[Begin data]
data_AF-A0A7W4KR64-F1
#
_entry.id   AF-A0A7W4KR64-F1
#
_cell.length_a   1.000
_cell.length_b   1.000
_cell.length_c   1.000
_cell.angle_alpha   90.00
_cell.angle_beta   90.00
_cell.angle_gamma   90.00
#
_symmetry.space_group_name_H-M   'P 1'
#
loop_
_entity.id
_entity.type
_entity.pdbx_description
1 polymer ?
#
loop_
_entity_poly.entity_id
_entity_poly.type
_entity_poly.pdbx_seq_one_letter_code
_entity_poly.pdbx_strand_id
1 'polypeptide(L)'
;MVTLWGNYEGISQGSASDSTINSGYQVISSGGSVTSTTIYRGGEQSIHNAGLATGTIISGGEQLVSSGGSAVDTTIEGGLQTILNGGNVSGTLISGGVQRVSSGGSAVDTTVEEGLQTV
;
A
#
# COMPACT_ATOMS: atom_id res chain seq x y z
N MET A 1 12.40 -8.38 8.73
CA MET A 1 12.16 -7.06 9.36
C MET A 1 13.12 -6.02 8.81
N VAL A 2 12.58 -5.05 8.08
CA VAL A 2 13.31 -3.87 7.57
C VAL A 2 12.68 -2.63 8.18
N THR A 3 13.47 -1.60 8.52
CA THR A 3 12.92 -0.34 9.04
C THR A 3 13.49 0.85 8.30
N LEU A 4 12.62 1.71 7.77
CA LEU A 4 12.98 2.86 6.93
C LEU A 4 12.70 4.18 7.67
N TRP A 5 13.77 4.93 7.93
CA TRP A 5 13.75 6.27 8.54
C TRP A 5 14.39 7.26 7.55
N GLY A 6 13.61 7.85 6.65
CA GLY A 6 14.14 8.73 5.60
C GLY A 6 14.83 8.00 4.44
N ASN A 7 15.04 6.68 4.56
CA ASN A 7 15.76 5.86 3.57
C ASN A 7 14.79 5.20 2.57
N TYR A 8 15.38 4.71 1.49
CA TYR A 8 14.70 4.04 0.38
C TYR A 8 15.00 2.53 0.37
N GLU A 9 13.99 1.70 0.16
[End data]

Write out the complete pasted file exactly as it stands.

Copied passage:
data_AF-A0A7W4KR64-F1
#
_entry.id   AF-A0A7W4KR64-F1
#
_cell.length_a   1.000
_cell.length_b   1.000
_cell.length_c   1.000
_cell.angle_alpha   90.00
_cell.angle_beta   90.00
_cell.angle_gamma   90.00
#
_symmetry.space_group_name_H-M   'P 1'
#
loop_
_entity.id
_entity.type
_entity.pdbx_description
1 polymer ?
#
loop_
_entity_poly.entity_id
_entity_poly.type
_entity_poly.pdbx_seq_one_letter_code
_entity_poly.pdbx_strand_id
1 'polypeptide(L)'
;MVTLWGNYEGISQGSASDSTINSGYQVISSGGSVTSTTIYRGGEQSIHNAGLATGTIISGGEQLVSSGGSAVDTTIEGGLQTILNGGNVSGTLISGGVQRVSSGGSAVDTTVEEGLQTV
;
A
#
# COMPACT_ATOMS: atom_id res chain seq x y z
N MET A 1 12.40 -8.38 8.73
CA MET A 1 12.16 -7.06 9.36
C MET A 1 13.12 -6.02 8.81
N VAL A 2 12.58 -5.05 8.08
CA VAL A 2 13.31 -3.87 7.57
C VAL A 2 12.68 -2.63 8.18
N THR A 3 13.47 -1.60 8.52
CA THR A 3 12.92 -0.34 9.04
C THR A 3 13.49 0.85 8.30
N LEU A 4 12.62 1.71 7.77
CA LEU A 4 12.98 2.86 6.93
C LEU A 4 12.70 4.18 7.67
N TRP A 5 13.77 4.93 7.93
CA TRP A 5 13.75 6.27 8.54
C TRP A 5 14.39 7.26 7.55
N GLY A 6 13.61 7.85 6.65
CA GLY A 6 14.14 8.73 5.60
C GLY A 6 14.83 8.00 4.44
N ASN A 7 15.04 6.68 4.56
CA ASN A 7 15.76 5.86 3.57
C ASN A 7 14.79 5.20 2.57
N TYR A 8 15.38 4.71 1.49
CA TYR A 8 14.70 4.04 0.38
C TYR A 8 15.00 2.53 0.37
N GLU A 9 13.99 1.70 0.16